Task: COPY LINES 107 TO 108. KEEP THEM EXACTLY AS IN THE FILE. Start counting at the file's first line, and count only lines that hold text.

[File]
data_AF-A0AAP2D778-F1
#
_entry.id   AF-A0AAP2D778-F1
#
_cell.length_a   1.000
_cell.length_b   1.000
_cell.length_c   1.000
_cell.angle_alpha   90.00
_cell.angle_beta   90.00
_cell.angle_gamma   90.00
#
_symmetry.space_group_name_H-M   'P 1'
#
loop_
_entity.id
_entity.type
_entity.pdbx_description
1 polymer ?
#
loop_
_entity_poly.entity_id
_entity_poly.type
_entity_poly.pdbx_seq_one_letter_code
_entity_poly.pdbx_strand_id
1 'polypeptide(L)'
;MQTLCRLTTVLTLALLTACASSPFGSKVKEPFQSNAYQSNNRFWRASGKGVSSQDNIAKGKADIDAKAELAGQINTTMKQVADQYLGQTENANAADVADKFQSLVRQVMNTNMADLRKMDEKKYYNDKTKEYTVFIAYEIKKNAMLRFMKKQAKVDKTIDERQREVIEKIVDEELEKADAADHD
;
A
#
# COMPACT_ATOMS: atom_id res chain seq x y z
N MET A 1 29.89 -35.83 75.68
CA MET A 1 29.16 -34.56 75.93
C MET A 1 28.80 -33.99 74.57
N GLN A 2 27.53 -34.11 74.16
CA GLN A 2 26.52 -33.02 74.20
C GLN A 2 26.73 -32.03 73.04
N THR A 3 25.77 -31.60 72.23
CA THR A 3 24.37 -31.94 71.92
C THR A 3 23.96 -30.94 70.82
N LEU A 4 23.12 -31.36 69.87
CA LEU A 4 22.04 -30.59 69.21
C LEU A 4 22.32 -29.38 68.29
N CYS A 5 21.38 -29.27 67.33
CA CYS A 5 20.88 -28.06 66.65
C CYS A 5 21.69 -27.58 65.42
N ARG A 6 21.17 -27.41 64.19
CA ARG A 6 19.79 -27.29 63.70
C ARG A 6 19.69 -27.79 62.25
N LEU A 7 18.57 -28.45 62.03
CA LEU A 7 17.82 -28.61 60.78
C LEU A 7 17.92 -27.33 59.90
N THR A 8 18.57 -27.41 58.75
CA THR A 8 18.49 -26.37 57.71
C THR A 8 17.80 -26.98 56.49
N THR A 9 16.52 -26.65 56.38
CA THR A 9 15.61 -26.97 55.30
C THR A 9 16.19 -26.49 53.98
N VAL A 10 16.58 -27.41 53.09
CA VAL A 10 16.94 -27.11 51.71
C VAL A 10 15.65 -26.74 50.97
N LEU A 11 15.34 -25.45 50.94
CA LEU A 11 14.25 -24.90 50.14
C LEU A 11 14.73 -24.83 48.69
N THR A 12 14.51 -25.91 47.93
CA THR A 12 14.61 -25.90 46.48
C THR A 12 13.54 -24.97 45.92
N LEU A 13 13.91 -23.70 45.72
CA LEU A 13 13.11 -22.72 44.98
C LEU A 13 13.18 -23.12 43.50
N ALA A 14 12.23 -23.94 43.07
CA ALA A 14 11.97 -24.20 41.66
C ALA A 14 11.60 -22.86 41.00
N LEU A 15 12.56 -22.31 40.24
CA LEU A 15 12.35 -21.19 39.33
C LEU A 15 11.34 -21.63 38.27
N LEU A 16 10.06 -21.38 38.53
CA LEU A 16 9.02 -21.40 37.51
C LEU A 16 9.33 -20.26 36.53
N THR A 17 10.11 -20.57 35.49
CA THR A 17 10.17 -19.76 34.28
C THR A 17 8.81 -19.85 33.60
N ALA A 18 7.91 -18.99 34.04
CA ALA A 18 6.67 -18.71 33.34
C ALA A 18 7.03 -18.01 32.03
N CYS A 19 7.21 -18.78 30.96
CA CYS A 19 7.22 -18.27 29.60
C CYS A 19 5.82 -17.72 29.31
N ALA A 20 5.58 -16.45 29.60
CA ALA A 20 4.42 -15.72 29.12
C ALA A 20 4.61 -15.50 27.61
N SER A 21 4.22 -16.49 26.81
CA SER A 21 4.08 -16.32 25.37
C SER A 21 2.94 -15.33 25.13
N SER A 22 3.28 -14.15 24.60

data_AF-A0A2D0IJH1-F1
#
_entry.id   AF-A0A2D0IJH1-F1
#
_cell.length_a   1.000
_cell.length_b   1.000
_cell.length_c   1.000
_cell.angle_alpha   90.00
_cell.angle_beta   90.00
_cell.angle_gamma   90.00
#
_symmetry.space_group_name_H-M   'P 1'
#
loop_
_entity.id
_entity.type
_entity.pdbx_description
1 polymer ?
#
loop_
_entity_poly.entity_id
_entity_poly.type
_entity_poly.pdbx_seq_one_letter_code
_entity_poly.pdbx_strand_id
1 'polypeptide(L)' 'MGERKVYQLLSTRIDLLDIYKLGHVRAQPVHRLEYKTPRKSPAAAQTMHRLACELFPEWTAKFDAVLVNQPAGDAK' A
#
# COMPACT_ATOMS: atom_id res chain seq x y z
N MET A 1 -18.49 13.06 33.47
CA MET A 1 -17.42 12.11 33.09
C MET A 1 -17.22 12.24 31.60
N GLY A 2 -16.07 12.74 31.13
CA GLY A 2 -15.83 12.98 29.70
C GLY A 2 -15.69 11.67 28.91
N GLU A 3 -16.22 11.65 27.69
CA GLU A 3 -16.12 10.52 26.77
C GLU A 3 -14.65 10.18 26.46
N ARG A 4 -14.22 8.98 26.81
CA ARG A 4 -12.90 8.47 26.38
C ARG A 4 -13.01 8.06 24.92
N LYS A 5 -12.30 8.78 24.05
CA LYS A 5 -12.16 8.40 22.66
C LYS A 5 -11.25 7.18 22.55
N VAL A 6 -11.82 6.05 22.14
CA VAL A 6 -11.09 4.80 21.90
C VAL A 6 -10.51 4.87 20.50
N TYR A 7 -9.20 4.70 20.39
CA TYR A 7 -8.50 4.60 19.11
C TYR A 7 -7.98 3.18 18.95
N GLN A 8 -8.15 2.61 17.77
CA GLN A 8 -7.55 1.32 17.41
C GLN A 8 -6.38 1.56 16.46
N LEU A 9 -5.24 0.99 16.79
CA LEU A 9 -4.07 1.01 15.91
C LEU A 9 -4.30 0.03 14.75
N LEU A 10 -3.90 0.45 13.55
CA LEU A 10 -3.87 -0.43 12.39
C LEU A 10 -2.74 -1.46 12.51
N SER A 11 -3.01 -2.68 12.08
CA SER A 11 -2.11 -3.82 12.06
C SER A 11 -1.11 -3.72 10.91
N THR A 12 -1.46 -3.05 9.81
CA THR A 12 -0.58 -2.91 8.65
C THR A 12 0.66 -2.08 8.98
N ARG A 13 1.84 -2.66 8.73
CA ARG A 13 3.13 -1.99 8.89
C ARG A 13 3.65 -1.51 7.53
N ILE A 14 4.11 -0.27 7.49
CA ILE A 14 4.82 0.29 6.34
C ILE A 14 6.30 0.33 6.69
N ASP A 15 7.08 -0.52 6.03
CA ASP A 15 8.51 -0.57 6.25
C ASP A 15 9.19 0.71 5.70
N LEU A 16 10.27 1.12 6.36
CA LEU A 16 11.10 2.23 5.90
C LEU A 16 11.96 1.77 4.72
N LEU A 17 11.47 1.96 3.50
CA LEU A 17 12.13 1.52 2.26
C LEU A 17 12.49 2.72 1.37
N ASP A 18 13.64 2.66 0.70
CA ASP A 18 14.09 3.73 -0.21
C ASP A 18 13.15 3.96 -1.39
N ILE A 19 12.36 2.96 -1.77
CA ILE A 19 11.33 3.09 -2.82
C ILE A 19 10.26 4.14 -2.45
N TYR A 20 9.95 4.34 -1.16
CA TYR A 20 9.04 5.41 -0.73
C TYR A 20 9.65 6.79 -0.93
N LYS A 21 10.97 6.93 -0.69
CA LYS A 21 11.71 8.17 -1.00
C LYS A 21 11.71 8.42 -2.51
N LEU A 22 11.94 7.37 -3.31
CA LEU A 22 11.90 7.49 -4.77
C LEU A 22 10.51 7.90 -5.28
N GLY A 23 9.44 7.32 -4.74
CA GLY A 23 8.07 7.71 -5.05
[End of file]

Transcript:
#
loop_